US president Donald Trump accuses China of hacking Democratic emails
IN what will probably result in another collective eye-roll by the People’s Republic, US President Donald Trump has accused China of meddling in the 2016 US presidential election by hacking the emails of Democratic party officials.
“If you don’t catch a hacker, okay, in the act, it’s very hard to say who did the hacking,” the president said in an interview with CBS Face the Nation. “(It) could have been China, could have been a lot of different groups.”
Trump hints that the US may be sabotaging North Korea's nuclear program https://t.co/4hPZVzVEV8 via @BI_Defense
— Michael Murphy (@Michael_Murphy) May 1, 2017
Trump has been dismissive of the statements by intelligence officials that Moscow hacked the emails to help Trump win the election. During the Sept 26 presidential debate with Hillary Clinton, Trump said China was one of many actors that could have been behind the hack, including “somebody sitting on their bed that weighs 400 pounds.”
Trump’s comments were published on Sunday and were not accompanied by any evidence to back up his claim. Similar comments were made on the eve of the Nov. 8 election day, though earlier Trump had also noted that North Korea could have been behind the incident.
“You know, number one, they don’t even know it’s Russia. Who knows? It might be Russia, could be China, could be, if you remember Sony, it could be North Korea, it could be a lot of places,” he is reported to have said.
Trump’s comments come at a sensitive time for US security; the day before North Korea launched a failed missile test. China, who is bankrolling North Korean survival, is a key US partner for preventing a nuclear attack. Trump’s comments delineate a sharp detour from his softening China policy, and appear to be aimed at promoting a detachment from the country after a state visit by Xi Jinping.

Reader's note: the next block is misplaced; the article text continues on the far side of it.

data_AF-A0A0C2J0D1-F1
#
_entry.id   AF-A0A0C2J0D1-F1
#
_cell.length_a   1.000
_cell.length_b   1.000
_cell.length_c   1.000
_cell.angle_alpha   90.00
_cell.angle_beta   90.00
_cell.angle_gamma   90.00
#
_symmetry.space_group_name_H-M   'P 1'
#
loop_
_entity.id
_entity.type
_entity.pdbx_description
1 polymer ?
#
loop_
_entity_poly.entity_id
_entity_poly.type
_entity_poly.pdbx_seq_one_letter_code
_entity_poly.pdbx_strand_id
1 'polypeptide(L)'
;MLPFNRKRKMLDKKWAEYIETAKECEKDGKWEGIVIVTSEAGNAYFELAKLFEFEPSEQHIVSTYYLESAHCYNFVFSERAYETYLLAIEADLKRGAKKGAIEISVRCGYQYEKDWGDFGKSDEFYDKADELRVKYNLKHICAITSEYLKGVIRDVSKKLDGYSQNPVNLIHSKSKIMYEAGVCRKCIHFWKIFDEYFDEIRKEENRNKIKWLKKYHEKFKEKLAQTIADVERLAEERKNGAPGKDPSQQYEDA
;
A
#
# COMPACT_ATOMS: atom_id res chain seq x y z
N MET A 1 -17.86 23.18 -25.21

That being said, it’s unlikely that China will take offense at the latest salvo by Trump. Xi Jinping has been widely seen to be courting the tempestuous US president with flattery, diplomatic maneuvering and corporate gifts. It’s seemed to have worked: just two days before, the president turned down a phone call with Taiwanese president, Tsa Ing-Wen, and instead said that she should speak to Xi.
Cybersecurity has become a massive problem in several countries across the world, but most profoundly in the US presidential election. The hackers roiled the presidential campaign by making public embarrassing emails sent by Democratic operatives and aides to Democratic presidential candidate Hillary Clinton. One email showed party leaders favoring Clinton over her rival in the campaign for the party’s internal nomination contest.
Various banks in Southeast Asia have suffered at the hands of North Korean hackers who have been accused of hacking into financial systems and thieving accounts. On the Western hemisphere, the Russians are at the heart of accusations, with some commentators fearing that the French election may have been compromised by black hat hackers.
Additional reporting by Reuters.
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